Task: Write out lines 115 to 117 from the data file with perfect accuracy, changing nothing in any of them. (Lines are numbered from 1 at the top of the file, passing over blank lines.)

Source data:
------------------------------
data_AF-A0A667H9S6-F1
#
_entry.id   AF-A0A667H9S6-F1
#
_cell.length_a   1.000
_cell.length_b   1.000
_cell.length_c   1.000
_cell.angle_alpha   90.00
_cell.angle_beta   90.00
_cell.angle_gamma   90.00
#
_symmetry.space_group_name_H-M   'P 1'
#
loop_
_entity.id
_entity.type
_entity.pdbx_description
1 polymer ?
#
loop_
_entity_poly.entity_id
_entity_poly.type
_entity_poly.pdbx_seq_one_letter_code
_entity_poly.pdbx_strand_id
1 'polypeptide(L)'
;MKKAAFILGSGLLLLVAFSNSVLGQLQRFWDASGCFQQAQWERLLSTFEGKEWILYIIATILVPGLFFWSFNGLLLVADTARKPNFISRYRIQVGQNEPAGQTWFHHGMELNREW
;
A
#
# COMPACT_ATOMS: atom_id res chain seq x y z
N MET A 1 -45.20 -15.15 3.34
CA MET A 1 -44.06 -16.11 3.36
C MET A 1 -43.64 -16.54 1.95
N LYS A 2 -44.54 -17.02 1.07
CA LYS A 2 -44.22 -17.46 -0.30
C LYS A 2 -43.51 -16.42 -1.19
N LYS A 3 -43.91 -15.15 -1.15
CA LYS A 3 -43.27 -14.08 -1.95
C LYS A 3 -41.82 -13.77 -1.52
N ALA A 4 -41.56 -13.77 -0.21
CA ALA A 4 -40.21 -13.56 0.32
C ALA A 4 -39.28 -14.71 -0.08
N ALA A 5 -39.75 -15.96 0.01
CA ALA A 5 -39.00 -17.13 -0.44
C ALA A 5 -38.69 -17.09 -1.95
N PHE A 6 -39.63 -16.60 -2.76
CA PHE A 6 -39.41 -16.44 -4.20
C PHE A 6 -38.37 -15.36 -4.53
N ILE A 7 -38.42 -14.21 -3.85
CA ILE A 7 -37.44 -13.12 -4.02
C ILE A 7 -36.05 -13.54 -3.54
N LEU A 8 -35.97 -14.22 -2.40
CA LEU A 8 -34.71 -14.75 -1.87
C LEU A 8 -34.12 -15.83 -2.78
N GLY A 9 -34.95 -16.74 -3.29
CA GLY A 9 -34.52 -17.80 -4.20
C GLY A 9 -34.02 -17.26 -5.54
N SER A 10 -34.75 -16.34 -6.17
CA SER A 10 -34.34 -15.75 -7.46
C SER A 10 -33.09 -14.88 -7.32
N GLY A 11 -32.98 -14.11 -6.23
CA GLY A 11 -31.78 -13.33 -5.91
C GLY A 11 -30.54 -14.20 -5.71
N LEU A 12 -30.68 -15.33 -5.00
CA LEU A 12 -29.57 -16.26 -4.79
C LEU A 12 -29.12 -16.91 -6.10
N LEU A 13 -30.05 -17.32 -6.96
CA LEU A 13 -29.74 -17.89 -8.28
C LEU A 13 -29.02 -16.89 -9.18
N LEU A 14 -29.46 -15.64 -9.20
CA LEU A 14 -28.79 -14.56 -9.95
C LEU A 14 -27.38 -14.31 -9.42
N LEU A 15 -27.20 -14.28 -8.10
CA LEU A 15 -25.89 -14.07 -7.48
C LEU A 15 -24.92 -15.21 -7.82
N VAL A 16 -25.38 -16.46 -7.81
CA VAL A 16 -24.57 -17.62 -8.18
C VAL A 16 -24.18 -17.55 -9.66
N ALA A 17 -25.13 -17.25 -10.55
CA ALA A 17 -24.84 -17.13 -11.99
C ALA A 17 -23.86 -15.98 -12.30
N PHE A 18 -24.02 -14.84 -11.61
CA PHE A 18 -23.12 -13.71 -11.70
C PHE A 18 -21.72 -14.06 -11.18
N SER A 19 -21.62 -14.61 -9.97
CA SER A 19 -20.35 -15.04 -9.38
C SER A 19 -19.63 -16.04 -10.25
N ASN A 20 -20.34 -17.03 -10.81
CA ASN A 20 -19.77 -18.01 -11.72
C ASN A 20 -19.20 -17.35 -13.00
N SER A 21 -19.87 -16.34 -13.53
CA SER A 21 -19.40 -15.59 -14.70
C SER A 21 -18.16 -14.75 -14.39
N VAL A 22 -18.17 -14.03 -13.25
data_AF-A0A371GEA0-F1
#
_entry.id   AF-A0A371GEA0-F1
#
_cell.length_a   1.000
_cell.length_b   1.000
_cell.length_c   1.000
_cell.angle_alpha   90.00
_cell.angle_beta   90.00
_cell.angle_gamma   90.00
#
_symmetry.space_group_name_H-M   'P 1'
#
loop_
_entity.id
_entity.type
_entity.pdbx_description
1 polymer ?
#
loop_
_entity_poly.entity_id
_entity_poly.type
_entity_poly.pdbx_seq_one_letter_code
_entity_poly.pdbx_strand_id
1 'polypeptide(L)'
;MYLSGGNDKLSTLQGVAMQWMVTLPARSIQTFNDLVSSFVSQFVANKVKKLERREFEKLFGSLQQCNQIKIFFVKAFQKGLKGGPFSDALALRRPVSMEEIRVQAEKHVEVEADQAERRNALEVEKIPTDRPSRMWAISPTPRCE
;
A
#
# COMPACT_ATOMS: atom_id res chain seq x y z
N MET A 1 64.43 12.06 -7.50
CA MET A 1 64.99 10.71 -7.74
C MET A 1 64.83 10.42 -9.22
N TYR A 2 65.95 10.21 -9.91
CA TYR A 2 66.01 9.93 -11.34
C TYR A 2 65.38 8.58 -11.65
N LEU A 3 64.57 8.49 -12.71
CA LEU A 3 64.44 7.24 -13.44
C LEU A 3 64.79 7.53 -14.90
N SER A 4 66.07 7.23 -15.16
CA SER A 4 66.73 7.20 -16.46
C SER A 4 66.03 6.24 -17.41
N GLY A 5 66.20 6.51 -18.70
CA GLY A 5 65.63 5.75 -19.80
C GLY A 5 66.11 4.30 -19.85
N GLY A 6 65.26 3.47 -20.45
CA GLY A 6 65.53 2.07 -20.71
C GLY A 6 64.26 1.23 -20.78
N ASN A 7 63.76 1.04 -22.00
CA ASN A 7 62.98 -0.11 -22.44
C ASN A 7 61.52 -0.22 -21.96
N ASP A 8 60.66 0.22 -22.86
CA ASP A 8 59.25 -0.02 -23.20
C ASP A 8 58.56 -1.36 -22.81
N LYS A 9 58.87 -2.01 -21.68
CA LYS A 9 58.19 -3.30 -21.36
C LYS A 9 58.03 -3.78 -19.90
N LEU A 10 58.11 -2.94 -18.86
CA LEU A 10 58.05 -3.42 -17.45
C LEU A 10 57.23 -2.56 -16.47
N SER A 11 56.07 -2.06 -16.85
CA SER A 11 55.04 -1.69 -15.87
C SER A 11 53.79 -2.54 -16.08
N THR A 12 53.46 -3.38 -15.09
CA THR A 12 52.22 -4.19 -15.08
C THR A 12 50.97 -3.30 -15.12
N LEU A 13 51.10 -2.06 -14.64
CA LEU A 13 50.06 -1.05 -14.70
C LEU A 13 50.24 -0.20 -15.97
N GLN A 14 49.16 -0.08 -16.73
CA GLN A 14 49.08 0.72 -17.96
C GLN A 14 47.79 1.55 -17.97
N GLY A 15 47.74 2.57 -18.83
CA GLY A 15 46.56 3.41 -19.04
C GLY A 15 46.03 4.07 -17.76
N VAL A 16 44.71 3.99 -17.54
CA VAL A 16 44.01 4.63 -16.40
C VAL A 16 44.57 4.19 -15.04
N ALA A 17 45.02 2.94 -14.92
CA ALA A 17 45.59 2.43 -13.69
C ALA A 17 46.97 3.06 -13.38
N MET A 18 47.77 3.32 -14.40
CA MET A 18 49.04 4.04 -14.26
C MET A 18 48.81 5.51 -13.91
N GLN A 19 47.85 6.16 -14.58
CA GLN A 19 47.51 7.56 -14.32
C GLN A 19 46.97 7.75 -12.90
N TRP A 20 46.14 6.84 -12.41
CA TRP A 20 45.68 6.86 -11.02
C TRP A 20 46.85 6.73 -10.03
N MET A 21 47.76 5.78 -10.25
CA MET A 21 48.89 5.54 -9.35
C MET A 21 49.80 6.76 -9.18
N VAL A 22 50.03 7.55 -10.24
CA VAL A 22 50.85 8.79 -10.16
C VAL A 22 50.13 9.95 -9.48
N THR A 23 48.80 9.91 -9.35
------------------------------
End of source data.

_entity_poly.entity_id
_entity_poly.type
_entity_poly.pdbx_seq_one_letter_code